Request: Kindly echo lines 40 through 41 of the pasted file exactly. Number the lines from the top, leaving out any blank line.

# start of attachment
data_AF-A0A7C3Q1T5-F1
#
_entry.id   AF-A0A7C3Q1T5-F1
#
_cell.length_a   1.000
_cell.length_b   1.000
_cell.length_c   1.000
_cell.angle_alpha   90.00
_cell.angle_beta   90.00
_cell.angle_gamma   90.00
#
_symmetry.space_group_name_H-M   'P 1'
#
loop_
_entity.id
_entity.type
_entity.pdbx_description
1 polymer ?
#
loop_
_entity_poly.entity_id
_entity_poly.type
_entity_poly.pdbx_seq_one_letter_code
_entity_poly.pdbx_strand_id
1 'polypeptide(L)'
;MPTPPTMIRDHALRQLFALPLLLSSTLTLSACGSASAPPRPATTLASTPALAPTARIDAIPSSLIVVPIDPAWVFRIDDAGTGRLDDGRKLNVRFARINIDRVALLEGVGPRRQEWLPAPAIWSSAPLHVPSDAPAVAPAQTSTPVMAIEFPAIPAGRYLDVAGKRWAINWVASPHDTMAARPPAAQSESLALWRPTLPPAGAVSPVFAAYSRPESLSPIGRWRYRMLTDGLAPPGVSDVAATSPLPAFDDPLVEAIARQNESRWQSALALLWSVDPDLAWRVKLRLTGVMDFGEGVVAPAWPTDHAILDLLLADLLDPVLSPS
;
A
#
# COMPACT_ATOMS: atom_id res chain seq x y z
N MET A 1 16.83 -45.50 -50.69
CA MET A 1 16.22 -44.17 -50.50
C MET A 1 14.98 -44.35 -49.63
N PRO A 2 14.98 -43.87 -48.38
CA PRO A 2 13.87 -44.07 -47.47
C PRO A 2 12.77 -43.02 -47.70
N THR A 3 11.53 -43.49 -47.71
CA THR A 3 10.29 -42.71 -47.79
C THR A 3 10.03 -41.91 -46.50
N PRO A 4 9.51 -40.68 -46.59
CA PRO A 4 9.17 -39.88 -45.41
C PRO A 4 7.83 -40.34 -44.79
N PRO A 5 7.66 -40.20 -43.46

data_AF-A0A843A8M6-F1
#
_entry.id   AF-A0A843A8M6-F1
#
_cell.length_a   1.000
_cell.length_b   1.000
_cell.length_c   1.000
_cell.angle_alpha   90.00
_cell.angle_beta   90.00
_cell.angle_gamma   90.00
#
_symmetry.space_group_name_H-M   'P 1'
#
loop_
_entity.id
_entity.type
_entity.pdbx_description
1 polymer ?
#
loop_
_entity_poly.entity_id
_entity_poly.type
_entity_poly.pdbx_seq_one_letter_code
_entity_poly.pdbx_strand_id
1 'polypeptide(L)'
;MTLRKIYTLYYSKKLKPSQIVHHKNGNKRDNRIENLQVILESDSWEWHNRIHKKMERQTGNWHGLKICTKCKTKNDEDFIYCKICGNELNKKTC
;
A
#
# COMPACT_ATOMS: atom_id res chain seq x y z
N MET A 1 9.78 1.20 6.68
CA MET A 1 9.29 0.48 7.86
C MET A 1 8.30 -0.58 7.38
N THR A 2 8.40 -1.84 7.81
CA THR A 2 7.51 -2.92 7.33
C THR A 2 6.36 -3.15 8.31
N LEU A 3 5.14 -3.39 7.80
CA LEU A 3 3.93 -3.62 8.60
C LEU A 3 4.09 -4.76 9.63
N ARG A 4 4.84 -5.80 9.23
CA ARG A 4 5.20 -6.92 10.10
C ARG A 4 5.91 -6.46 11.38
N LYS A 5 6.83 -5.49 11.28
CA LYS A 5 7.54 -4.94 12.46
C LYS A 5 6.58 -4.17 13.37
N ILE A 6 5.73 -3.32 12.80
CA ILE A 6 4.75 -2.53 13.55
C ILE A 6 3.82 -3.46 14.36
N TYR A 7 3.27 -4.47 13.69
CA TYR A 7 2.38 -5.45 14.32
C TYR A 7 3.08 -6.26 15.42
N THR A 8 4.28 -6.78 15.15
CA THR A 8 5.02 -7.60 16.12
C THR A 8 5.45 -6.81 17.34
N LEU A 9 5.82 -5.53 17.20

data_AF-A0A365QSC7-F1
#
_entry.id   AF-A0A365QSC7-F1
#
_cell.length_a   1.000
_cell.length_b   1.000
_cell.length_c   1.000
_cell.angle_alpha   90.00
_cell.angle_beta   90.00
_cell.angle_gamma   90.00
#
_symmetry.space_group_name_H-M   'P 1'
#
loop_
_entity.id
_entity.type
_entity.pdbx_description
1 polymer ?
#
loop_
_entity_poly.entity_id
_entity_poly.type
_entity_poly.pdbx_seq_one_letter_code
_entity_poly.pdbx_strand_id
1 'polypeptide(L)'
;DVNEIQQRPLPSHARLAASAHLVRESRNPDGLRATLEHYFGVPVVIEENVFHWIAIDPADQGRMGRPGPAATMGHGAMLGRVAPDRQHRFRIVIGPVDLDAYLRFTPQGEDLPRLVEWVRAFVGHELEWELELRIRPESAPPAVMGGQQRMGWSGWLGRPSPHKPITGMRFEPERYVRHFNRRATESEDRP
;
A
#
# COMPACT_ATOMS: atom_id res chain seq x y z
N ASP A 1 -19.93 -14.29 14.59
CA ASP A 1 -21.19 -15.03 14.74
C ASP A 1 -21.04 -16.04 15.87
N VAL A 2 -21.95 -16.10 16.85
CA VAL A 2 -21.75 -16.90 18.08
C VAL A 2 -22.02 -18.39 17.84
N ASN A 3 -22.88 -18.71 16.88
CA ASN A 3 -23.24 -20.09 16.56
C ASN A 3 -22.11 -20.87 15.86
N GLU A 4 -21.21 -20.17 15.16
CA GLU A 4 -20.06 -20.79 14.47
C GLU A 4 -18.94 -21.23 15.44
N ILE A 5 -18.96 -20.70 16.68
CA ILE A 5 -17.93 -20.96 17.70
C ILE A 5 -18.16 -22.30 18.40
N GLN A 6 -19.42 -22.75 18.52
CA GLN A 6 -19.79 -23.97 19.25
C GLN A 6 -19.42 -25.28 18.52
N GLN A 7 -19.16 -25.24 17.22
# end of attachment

N PRO A 4 9.51 -40.68 -46.59
CA PRO A 4 9.17 -39.88 -45.41